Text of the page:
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The production and turnover of extramatrical mycelium of ectomycorrhizal fungi in forest soils : role in carbon cycling

Title data

Ekblad, A. ; Wallander, H. ; Godbold, Douglas L. ; Johnson, D. ; Baldrian, P. ; Björk, R. G. ; Cruz, C. ; Epron, D. ; Kjöller, R. ; Kieliszewska-Rokicka, B. ; Kraigher, H. ; Matzner, Egbert ; Neumann, Jonny ; Plassard, C.:
The production and turnover of extramatrical mycelium of ectomycorrhizal fungi in forest soils : role in carbon cycling.
In: Plant and Soil. Vol. 366 (2013) Issue 1-2 . - pp. 1-27.
ISSN 1573-5036
DOI: https://doi.org/10.1007/s11104-013-1630-3

Abstract in another language

There is growing evidence of the importance of extramatrical mycelium (EMM) of mycorrhizalfungi in carbon (C) cycling in ecosystems. However, our understanding has until recently been mainly based on laboratory experiments, and knowledge of such basic parameters as variations inmycelial production, standing biomass and turnover as well as the regulatory mechanisms behind such variations in forest soils is limited. Presently, the productionof EMM by ectomycorrhizal (EM) fungi has been estimated at ~140 different forest sites to be up toseveral hundreds of kg per ha per year, but the published data are biased towards Picea abies inScandinavia. Little is known about the standing biomass and turnover of EMM in other systems, and itsinfluence on the C stored or lost from soils. Here, focussing on ectomycorrhizas, we discuss the factors that regulate the production and turnover of EMM andits role in soil C dynamics, identifying important gaps in this knowledge. C availability seems to be the key factor determining EMM production and possibly itsstanding biomass in forests but direct effects of mineral nutrient availability on the EMM can be important. There is great uncertainty about the rate ofturnover of EMM. There is increasing evidence that residues of EM fungi play a major role in the formation of stable N and C in SOM, which highlights the need to include mycorrhizal effects in models of global soil C stores.Keywords Decomposition, Exploration type, Extramatrical mycelium, In-growth bag, Minirhizotron, Soil organic matter, Rhizomorphs, Turnover rates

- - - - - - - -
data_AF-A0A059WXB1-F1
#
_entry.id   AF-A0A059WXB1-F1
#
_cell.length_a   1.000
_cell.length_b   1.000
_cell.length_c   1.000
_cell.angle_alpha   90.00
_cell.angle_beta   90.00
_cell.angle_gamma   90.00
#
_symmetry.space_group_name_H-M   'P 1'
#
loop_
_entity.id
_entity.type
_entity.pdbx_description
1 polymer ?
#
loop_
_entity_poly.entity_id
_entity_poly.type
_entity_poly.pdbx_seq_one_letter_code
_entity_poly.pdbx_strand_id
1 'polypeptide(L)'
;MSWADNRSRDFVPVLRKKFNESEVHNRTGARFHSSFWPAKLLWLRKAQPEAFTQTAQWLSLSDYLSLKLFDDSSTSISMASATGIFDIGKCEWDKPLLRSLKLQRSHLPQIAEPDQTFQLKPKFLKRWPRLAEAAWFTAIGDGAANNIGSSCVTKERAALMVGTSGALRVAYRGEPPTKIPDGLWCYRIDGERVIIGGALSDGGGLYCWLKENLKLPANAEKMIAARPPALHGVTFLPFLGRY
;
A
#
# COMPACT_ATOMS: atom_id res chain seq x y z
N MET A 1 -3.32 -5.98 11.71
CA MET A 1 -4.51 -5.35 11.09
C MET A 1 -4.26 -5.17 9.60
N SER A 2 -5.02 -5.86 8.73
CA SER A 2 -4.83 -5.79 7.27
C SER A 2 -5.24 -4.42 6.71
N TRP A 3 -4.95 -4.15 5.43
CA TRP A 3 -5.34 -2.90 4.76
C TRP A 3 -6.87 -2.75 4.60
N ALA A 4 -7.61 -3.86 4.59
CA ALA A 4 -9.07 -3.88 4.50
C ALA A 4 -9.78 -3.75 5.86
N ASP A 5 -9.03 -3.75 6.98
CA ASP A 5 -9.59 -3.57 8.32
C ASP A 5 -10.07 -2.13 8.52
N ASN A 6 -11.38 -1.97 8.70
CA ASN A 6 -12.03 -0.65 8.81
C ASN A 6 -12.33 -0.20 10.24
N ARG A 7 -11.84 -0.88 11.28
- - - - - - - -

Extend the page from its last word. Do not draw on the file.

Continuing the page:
Further data

Item Type: Article in a journal
Refereed: Yes
Additional notes: BAYCEER94781
Institutions of the University: Faculties > Faculty of Biology, Chemistry and Earth Sciences > Department of Earth Sciences > Chair Soil Ecology
Faculties > Faculty of Biology, Chemistry and Earth Sciences > Department of Earth Sciences > Former Professors > Chair Soil Ecology - Univ.-Prof. Dr. Egbert Matzner
Research Institutions > Research Centres > Bayreuth Center of Ecology and Environmental Research- BayCEER
Faculties
Faculties > Faculty of Biology, Chemistry and Earth Sciences
Faculties > Faculty of Biology, Chemistry and Earth Sciences > Department of Earth Sciences
Research Institutions
Research Institutions > Research Centres
Result of work at the UBT: Yes
DDC Subjects: 500 Science
Date Deposited: 07 Aug 2015 06:59
Last Modified: 11 Jul 2018 09:13
URI: https://eref.uni-bayreuth.de/id/eprint/17647